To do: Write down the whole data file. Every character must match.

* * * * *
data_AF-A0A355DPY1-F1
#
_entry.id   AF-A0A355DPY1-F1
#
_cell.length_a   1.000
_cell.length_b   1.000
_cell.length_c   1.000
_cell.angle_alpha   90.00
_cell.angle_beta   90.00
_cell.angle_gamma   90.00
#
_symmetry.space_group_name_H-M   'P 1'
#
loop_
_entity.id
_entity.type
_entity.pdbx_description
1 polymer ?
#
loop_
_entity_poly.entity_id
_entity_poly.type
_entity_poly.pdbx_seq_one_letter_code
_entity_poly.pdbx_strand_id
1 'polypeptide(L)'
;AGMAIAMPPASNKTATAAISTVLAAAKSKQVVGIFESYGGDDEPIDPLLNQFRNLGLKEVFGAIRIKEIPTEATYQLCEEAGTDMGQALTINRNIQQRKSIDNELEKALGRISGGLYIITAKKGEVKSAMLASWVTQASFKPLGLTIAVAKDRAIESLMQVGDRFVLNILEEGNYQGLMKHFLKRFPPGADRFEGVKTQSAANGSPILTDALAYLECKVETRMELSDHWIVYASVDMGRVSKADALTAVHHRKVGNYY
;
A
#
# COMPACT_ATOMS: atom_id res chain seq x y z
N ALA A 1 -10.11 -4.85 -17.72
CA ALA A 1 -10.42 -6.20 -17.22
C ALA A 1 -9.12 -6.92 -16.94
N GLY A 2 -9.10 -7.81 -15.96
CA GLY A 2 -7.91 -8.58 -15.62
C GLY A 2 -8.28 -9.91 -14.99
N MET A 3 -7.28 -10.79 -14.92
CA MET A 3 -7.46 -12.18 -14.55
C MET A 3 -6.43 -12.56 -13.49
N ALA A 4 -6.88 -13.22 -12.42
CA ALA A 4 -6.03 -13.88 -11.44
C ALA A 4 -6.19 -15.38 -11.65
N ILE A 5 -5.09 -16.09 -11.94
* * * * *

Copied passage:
data_AF-A0A355DPY1-F1
#
_entry.id   AF-A0A355DPY1-F1
#
_cell.length_a   1.000
_cell.length_b   1.000
_cell.length_c   1.000
_cell.angle_alpha   90.00
_cell.angle_beta   90.00
_cell.angle_gamma   90.00
#
_symmetry.space_group_name_H-M   'P 1'
#
loop_
_entity.id
_entity.type
_entity.pdbx_description
1 polymer ?
#
loop_
_entity_poly.entity_id
_entity_poly.type
_entity_poly.pdbx_seq_one_letter_code
_entity_poly.pdbx_strand_id
1 'polypeptide(L)'
;AGMAIAMPPASNKTATAAISTVLAAAKSKQVVGIFESYGGDDEPIDPLLNQFRNLGLKEVFGAIRIKEIPTEATYQLCEEAGTDMGQALTINRNIQQRKSIDNELEKALGRISGGLYIITAKKGEVKSAMLASWVTQASFKPLGLTIAVAKDRAIESLMQVGDRFVLNILEEGNYQGLMKHFLKRFPPGADRFEGVKTQSAANGSPILTDALAYLECKVETRMELSDHWIVYASVDMGRVSKADALTAVHHRKVGNYY
;
A
#
# COMPACT_ATOMS: atom_id res chain seq x y z
N ALA A 1 -10.11 -4.85 -17.72
CA ALA A 1 -10.42 -6.20 -17.22
C ALA A 1 -9.12 -6.92 -16.94
N GLY A 2 -9.10 -7.81 -15.96
CA GLY A 2 -7.91 -8.58 -15.62
C GLY A 2 -8.28 -9.91 -14.99
N MET A 3 -7.28 -10.79 -14.92
CA MET A 3 -7.46 -12.18 -14.55
C MET A 3 -6.43 -12.56 -13.49
N ALA A 4 -6.88 -13.22 -12.42
CA ALA A 4 -6.03 -13.88 -11.44
C ALA A 4 -6.19 -15.38 -11.65
N ILE A 5 -5.09 -16.09 -11.94